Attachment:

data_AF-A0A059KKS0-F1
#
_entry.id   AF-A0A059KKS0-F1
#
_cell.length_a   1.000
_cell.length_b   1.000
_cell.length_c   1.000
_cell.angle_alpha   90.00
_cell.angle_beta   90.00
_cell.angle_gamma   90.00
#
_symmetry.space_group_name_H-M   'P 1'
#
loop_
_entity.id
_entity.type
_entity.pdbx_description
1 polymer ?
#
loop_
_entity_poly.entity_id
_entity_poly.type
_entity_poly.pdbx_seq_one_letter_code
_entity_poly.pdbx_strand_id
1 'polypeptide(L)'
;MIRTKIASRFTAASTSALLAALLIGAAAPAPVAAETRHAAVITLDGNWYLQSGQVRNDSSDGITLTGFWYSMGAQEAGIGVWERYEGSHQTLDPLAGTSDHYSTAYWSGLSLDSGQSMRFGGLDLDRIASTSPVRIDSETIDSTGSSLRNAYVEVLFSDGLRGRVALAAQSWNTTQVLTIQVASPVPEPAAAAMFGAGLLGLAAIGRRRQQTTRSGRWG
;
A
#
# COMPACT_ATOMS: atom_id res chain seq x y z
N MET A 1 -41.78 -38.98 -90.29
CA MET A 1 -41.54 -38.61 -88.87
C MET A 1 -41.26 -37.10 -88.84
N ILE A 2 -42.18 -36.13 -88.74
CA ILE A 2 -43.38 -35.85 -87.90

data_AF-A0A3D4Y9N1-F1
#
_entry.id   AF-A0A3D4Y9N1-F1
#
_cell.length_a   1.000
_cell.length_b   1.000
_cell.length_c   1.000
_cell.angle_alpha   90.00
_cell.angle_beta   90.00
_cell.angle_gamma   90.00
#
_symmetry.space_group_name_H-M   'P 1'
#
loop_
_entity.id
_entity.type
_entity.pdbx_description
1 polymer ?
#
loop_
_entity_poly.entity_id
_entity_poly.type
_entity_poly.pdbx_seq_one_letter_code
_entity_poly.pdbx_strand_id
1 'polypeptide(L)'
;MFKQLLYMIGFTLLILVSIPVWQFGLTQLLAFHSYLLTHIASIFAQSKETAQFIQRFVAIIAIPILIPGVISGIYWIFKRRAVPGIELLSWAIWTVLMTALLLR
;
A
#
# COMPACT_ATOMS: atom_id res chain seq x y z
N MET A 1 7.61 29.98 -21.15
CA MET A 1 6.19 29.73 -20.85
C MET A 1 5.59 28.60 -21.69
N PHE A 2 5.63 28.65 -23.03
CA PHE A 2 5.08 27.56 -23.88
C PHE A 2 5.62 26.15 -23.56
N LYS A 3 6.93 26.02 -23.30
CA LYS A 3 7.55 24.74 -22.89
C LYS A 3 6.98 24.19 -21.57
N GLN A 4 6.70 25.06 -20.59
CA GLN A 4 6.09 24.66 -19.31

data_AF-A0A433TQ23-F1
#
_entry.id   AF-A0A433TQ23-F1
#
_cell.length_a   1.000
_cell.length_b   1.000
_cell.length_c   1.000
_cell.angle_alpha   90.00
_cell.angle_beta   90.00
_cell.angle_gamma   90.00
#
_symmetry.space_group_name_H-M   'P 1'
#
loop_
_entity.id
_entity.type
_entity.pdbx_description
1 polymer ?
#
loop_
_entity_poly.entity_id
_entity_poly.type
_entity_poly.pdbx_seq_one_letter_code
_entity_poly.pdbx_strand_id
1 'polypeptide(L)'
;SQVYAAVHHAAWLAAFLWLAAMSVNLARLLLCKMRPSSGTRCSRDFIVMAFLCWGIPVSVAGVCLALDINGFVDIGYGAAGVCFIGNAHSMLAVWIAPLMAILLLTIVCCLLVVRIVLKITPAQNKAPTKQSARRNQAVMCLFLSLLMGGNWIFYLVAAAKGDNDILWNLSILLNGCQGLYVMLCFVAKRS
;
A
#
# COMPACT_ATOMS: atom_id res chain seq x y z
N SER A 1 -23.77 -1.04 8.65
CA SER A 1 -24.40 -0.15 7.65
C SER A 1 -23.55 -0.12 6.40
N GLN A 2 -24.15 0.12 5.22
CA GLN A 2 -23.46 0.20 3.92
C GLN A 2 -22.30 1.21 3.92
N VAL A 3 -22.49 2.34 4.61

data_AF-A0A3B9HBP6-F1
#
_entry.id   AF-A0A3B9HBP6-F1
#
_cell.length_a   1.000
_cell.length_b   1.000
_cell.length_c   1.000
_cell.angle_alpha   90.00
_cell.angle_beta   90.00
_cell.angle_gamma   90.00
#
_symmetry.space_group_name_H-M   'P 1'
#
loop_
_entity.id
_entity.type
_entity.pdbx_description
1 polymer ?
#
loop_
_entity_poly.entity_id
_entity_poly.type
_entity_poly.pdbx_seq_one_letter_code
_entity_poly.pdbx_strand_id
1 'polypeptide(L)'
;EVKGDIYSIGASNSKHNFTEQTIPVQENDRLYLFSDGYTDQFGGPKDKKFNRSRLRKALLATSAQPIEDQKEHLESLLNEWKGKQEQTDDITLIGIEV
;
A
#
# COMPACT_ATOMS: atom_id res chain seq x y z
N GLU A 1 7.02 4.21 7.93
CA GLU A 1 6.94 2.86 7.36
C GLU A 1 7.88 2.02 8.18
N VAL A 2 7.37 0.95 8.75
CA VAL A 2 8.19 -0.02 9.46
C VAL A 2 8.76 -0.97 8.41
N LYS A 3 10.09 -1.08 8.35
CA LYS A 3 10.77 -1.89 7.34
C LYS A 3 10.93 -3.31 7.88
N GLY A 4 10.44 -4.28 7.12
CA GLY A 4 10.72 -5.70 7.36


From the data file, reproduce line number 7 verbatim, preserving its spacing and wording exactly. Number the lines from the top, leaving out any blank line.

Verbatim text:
_cell.length_c   1.000